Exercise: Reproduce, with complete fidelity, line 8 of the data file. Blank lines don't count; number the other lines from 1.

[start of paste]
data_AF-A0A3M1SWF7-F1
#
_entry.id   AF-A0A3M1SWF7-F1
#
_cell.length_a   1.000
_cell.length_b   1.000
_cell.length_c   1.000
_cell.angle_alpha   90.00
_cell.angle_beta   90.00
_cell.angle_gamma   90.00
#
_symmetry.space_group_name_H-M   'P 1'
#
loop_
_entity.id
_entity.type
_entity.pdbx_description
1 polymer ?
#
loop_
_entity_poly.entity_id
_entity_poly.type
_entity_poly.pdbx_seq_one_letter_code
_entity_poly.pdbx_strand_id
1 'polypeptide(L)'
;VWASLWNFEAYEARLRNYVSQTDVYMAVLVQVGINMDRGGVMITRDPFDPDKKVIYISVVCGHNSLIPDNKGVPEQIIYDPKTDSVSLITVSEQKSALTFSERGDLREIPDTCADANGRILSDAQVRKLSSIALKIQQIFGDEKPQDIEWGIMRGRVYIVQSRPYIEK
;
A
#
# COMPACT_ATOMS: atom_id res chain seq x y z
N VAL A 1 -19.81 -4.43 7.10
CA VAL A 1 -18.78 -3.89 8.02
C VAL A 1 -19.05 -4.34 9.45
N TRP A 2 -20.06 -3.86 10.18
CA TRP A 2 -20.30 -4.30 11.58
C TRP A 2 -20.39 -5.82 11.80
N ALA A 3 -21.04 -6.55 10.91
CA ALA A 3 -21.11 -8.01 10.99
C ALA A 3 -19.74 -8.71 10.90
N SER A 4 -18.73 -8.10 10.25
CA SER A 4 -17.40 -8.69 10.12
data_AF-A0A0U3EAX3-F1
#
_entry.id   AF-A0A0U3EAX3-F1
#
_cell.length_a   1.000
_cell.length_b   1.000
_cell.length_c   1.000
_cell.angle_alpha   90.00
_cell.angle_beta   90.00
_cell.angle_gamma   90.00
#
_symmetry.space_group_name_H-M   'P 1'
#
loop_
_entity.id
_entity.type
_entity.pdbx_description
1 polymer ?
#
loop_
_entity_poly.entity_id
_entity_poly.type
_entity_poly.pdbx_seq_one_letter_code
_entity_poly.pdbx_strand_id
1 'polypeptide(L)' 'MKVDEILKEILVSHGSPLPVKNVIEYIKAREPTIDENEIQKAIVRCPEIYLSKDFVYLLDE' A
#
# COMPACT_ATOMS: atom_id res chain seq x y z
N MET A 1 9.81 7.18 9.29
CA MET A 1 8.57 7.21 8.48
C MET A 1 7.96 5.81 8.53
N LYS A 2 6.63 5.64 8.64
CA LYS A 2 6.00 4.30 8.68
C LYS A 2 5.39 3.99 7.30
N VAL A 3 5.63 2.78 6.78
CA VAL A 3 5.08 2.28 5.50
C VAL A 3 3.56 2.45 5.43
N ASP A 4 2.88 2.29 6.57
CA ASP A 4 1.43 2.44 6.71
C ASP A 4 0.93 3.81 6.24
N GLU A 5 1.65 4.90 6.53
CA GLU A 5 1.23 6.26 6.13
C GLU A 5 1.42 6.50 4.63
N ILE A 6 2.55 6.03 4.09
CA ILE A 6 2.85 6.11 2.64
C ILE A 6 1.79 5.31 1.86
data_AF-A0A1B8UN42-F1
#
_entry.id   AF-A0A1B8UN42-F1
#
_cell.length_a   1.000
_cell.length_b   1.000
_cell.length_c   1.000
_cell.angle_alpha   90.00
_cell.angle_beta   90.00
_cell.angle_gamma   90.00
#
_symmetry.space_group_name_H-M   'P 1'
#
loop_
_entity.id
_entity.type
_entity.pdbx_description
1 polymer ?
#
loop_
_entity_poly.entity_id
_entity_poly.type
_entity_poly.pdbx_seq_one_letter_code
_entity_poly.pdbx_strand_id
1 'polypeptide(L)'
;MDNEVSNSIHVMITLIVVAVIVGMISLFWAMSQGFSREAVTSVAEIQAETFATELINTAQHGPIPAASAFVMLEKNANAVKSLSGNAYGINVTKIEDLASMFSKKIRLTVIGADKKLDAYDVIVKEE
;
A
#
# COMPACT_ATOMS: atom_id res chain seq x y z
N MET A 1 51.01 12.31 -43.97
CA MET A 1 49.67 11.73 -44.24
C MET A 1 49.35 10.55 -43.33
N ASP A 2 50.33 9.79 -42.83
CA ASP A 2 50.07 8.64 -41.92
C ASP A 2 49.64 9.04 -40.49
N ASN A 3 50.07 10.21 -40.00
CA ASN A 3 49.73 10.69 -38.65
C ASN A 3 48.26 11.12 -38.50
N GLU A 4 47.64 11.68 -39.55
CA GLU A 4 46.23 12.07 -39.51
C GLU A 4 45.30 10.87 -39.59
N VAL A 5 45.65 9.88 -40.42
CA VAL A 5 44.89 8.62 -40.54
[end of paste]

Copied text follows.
_cell.angle_alpha   90.00